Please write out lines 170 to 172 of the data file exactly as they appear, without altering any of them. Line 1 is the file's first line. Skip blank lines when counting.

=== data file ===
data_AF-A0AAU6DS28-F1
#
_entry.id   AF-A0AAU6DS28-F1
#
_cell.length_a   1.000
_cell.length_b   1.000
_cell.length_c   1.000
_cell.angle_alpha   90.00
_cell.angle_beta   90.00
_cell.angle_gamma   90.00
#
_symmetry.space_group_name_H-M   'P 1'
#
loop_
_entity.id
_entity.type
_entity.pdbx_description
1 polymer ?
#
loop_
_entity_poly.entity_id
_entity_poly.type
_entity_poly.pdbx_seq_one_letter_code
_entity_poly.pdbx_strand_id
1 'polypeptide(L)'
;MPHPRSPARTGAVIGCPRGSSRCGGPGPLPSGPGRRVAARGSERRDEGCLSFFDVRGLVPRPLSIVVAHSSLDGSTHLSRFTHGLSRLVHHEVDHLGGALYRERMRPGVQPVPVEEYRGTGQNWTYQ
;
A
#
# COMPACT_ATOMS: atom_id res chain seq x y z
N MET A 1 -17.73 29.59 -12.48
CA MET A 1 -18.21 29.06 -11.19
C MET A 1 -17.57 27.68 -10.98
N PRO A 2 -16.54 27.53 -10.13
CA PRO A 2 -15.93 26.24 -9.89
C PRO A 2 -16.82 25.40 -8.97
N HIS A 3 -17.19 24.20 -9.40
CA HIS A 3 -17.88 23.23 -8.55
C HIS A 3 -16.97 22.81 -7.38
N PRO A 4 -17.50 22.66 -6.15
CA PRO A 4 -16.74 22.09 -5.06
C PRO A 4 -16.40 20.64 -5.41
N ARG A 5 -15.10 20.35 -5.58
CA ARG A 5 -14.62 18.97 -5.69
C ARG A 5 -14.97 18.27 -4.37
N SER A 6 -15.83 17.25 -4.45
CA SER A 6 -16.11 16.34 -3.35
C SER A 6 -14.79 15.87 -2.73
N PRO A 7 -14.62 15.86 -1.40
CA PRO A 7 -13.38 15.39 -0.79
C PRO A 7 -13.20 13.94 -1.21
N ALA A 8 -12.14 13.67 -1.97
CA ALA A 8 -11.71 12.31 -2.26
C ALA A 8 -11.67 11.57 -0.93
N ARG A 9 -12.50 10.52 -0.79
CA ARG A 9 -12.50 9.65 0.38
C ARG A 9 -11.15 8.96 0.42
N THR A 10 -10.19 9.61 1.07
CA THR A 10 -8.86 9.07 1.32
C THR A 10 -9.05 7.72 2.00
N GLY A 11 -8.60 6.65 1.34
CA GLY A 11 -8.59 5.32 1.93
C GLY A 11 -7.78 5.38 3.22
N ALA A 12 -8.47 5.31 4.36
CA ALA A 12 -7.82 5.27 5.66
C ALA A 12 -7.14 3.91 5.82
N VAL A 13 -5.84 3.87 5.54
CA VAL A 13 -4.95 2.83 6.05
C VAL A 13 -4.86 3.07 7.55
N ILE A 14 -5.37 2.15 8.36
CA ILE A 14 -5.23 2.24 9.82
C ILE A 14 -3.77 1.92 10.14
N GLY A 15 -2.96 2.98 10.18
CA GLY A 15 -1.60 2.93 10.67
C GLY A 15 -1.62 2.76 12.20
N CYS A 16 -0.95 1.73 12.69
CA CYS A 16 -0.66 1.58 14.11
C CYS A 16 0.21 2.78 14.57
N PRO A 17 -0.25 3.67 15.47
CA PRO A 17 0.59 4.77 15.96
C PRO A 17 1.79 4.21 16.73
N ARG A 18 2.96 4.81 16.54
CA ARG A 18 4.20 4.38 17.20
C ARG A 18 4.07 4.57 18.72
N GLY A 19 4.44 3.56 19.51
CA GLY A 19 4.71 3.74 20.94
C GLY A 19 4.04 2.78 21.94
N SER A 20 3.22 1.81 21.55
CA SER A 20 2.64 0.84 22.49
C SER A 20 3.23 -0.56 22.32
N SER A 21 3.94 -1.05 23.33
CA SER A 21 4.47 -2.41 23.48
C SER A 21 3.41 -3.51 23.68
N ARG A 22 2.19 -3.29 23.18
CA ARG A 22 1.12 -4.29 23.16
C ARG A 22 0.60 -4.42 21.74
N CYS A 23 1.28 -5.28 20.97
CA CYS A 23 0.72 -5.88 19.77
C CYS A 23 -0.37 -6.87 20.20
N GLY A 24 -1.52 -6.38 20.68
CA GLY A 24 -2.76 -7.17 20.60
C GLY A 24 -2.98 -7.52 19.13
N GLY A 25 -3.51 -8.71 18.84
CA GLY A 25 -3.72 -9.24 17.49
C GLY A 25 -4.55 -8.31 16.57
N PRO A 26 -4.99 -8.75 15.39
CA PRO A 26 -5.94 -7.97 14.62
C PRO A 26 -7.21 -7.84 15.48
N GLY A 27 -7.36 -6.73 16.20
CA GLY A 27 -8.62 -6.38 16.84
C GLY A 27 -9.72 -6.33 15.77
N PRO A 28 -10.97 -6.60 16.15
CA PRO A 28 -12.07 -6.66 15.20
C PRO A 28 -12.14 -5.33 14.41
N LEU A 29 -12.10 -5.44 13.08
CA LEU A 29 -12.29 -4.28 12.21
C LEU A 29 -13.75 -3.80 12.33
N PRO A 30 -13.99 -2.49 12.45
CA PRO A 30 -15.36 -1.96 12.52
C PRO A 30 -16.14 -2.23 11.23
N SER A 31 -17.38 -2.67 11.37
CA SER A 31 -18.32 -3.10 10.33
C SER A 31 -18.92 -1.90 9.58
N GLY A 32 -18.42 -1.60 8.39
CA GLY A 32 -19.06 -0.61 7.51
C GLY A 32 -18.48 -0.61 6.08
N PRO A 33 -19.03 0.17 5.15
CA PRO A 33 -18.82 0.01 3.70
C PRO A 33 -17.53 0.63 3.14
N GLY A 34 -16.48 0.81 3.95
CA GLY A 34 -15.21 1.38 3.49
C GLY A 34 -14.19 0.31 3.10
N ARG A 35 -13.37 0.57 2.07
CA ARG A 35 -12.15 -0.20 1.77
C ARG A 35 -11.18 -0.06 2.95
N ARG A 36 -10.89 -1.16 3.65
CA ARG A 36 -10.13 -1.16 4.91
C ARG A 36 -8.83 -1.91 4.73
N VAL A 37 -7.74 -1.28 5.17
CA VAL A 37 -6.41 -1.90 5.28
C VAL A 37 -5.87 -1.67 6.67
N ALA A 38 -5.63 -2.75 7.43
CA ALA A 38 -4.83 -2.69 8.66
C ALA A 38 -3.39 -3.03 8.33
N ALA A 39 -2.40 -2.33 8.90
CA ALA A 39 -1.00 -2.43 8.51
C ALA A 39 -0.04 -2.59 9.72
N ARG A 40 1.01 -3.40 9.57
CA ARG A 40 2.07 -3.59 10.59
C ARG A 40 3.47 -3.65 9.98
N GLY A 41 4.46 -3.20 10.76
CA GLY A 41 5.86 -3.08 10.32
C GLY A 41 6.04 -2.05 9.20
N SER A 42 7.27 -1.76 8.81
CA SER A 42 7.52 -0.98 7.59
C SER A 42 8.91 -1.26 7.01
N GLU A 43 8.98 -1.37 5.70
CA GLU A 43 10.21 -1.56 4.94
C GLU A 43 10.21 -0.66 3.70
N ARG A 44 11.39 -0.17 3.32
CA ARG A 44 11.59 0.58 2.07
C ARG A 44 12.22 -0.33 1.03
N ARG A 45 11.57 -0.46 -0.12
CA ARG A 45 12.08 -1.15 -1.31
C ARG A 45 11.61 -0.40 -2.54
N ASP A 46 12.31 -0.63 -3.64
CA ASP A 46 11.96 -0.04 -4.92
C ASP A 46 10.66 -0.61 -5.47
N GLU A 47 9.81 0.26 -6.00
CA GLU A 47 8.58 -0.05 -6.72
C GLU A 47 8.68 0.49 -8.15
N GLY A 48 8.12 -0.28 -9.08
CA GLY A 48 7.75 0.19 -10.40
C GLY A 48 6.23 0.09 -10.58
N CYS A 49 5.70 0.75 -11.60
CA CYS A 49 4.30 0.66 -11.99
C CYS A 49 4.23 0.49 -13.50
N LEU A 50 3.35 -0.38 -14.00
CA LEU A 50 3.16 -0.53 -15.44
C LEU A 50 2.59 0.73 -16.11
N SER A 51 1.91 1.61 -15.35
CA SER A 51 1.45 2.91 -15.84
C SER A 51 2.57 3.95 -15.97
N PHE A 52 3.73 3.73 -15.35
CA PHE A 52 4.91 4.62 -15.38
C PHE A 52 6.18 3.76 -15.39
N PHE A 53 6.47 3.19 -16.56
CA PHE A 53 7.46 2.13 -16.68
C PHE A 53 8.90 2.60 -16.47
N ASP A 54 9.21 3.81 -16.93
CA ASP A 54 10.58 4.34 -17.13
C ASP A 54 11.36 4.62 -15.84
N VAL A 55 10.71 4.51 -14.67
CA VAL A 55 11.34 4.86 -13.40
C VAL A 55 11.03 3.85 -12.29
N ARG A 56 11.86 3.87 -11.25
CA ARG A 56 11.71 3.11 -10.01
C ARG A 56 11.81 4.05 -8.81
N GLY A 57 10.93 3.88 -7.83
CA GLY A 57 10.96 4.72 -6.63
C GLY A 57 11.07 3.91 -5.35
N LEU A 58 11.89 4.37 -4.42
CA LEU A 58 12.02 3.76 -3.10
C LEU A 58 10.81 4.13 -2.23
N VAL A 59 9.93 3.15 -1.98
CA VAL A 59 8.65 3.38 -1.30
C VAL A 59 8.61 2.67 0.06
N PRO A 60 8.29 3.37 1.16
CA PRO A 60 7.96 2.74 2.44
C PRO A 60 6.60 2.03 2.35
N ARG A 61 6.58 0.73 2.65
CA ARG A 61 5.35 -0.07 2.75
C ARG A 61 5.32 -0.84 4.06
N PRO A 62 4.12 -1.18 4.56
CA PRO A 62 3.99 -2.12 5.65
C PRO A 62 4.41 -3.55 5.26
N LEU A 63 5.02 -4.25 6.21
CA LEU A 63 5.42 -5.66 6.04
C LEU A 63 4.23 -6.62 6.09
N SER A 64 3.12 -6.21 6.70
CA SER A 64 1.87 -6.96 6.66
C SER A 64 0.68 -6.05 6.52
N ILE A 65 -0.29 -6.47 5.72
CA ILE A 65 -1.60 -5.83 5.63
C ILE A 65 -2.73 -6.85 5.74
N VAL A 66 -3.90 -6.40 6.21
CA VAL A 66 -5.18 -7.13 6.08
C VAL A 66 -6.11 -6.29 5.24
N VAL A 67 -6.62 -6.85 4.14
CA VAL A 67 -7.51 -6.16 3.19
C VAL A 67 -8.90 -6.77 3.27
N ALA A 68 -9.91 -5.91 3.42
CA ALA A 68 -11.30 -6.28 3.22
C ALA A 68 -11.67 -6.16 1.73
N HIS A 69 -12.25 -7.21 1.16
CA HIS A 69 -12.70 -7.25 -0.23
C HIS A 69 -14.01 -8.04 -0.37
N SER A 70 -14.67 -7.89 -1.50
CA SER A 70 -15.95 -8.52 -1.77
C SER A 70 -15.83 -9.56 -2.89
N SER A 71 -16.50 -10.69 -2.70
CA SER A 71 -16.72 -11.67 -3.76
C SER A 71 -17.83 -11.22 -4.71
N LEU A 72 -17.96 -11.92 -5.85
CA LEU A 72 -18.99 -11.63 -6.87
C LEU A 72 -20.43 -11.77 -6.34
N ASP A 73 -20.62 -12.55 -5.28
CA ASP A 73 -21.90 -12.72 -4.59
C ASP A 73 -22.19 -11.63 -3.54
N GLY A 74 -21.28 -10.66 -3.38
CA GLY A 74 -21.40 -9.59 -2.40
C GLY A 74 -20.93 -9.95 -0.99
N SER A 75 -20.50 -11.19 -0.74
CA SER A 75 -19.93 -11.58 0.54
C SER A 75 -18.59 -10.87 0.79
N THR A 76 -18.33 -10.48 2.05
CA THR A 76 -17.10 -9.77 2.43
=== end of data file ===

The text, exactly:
CA GLU A 47 8.58 -0.05 -6.72
C GLU A 47 8.68 0.49 -8.15
N GLY A 48 8.12 -0.28 -9.08